Please introduce us to Publicis Sapient for Future. (PSFF)
Emma: PSFF is a group of people from different regions within Publicis Sapient who believe that we need to do whatever we can to live a more sustainable life. In our work life and private. Our mission is to educate and support Publicis Sapient to become a more environmentally aware business. We meet monthly and are trying to do this on the side of our client projects. It´s not always easy to find the time, so the key is to get as many people as possible engaged.
In the Nordics, it all began with a Nordic approach to sustainability, started by a couple of local heroes. When I joined the group, we had done some local improvements in the office, etc. In a global townhall, PSFF presented themselves and their ambition. We set up a meeting with PSFF and started to align and merge our work.
Sarah: PSFF is our internal earth-organization, so to say. We as members share the love and engagement in protecting nature and our planet. We are aiming to introduce as much sustainability to our daily business as possible and creating awareness on important topics.
What does be a member of PSFF mean to you?
Anthony: That I’m motivated and invested in the future and thinking about ways I can be an active participant. I feel better knowing I’m involved and I hope I can make even the smallest difference in the future of work and how we can all be contributors.
Emma: For me, it means that I’m at least trying to make a difference. Personally, I think the topic is the most important one of our generation (and generations to come) so doing nothing is not an option for me. It also means that I’m not alone and that we have a bigger chance to push for change together.
What are some milestone moments or accomplishments from this group that stand out to you?
Emma: Sometimes you need to start small. In Gothenburg, we did a lot of improvements around the office a couple of years back. My favorite one was going vegetarian. All meal provided in lunch meetings with clients, Monday morning breakfast, at events, etc. is vegetarian. It was a much smoother transition than we thought and now no one expects meat to be served.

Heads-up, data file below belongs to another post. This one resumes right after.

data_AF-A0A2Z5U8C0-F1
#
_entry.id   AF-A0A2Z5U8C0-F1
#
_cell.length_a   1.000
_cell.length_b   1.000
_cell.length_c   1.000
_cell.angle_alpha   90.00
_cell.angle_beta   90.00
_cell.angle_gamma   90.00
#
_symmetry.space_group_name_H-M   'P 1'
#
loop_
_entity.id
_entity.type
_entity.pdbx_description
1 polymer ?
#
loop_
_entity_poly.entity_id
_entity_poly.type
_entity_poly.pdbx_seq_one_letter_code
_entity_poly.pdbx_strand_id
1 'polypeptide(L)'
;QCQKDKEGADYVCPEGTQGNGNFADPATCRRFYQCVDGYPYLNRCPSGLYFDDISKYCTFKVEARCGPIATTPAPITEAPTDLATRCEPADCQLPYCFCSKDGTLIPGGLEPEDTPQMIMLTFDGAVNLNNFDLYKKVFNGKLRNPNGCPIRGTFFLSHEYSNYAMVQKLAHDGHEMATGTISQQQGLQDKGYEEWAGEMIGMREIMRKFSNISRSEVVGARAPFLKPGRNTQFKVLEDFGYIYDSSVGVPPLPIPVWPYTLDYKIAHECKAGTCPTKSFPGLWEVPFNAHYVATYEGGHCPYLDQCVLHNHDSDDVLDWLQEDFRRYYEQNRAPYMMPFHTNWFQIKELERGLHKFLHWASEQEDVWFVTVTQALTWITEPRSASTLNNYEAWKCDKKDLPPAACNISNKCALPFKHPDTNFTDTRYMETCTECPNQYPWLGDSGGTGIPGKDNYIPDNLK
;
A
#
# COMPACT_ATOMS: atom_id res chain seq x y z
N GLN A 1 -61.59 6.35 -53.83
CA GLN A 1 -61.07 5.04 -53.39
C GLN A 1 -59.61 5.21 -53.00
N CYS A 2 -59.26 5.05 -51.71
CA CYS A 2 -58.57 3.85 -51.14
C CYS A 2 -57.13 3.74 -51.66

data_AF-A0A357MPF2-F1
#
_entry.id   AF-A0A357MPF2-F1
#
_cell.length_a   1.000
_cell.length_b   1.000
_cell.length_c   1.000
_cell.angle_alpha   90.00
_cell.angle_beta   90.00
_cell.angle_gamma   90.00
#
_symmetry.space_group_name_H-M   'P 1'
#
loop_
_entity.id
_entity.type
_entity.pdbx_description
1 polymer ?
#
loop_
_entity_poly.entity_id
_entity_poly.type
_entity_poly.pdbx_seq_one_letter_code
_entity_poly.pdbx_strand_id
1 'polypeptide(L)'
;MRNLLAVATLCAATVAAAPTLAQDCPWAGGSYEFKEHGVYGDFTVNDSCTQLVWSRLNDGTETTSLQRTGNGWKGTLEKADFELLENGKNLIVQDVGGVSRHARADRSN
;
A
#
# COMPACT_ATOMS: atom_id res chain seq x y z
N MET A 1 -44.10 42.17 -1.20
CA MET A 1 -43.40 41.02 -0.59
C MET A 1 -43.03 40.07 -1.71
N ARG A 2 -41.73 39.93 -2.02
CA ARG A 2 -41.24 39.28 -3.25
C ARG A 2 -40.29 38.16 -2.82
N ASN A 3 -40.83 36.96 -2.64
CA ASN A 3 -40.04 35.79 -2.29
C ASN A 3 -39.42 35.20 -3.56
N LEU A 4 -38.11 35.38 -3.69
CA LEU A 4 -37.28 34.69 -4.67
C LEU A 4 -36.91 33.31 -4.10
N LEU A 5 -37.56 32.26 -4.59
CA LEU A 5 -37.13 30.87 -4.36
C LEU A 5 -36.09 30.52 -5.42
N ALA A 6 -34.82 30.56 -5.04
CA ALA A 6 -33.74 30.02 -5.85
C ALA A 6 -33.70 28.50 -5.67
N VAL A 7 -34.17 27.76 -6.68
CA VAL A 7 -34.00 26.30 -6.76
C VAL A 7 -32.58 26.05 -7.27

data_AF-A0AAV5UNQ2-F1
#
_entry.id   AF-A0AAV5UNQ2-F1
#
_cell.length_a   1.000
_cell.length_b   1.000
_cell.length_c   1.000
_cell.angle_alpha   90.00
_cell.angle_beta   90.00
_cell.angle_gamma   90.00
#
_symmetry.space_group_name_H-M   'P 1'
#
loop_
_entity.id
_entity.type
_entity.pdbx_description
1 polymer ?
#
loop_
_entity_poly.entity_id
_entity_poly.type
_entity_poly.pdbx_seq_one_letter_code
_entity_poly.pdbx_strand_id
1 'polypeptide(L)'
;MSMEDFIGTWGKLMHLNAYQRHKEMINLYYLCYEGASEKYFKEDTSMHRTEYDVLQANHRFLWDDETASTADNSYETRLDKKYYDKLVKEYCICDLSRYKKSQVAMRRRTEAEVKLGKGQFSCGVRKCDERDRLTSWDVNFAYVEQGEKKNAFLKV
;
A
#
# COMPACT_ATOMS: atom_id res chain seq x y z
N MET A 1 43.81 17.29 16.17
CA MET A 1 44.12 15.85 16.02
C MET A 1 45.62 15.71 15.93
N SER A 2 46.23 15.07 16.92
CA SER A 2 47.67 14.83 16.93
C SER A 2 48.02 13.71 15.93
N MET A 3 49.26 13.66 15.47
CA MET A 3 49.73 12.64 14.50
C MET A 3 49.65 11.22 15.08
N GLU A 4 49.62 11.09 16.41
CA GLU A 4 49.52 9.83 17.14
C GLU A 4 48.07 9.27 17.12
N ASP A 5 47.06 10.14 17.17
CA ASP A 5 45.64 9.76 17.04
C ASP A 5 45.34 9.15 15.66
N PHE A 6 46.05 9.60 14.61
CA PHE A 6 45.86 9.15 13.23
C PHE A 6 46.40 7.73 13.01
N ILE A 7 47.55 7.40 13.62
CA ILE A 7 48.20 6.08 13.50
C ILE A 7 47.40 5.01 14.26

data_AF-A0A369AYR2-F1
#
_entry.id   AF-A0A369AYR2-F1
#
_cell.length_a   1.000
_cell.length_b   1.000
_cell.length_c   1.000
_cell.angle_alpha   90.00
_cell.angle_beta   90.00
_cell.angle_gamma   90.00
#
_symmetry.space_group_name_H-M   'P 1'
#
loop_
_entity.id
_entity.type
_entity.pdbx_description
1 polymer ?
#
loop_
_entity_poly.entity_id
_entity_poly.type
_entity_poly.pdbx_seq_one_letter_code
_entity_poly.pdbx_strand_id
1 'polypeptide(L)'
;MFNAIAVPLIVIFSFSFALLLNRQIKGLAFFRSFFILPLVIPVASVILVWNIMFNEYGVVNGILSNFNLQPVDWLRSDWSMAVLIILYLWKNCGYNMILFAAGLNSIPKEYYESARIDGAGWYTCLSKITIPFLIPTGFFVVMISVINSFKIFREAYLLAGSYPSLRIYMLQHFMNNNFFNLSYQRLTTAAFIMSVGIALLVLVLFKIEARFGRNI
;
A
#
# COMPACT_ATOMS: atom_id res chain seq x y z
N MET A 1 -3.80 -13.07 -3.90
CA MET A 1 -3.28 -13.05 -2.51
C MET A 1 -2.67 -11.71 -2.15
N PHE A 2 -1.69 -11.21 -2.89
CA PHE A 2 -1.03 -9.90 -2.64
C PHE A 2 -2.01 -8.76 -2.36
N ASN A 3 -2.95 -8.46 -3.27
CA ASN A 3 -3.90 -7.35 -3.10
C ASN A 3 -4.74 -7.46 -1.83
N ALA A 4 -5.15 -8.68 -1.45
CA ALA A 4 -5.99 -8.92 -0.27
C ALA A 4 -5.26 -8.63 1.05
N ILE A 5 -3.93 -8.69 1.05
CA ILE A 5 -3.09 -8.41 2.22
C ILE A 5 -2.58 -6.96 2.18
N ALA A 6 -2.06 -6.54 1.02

Sarah: One big milestone for me was the switch to digital paychecks which saves a huge amount of paper! Also, I think the idea of sustainability, which gets involved in day-to-day-situations, like ordering more regional vegetables and fruits, separating waste and offering take-away-boxes in the office is a good step. Sustainability becoming a habit is a great thing.
What does Earth Day and the theme “Restore our Earth” mean and what do you hope to achieve this year through your work with PSFF?
Anthony: Restore our earth, to me, means investing in the planet and committing to leaving it better than we found it as a generation. We all need this planet so we need to think differently, think bigger, and think creatively to solve some massive challenges. We need to hold our governments and our businesses accountable for putting sustainability first. We need to make environmental goals a priority for our planet, for ourselves, and future generations. I think the work PSFF is doing to elevate the conversation and everything that’s planned for Earth Day ‘21 will, hopefully, get us all to think collectively.
Naba: For me it is very important. When I compare my childhood and my son’s childhood, I realized that a lot of things have changed. Earth’s resources are wasted, forests are burned, and it’s so sad to see. I hope that my work with PSFF will inspire my colleagues to be aware that their actions can help our earth.
Sarah: To me, Earth day is an important day to remind us all, that our planet is not for granted. That nothing here is for granted and everything has its limits. We need to protect and restore what is given to us to be able to live on this planet for a long time. We cannot “live over our limits” any longer. It is just that simple, yet there is still so much work to do.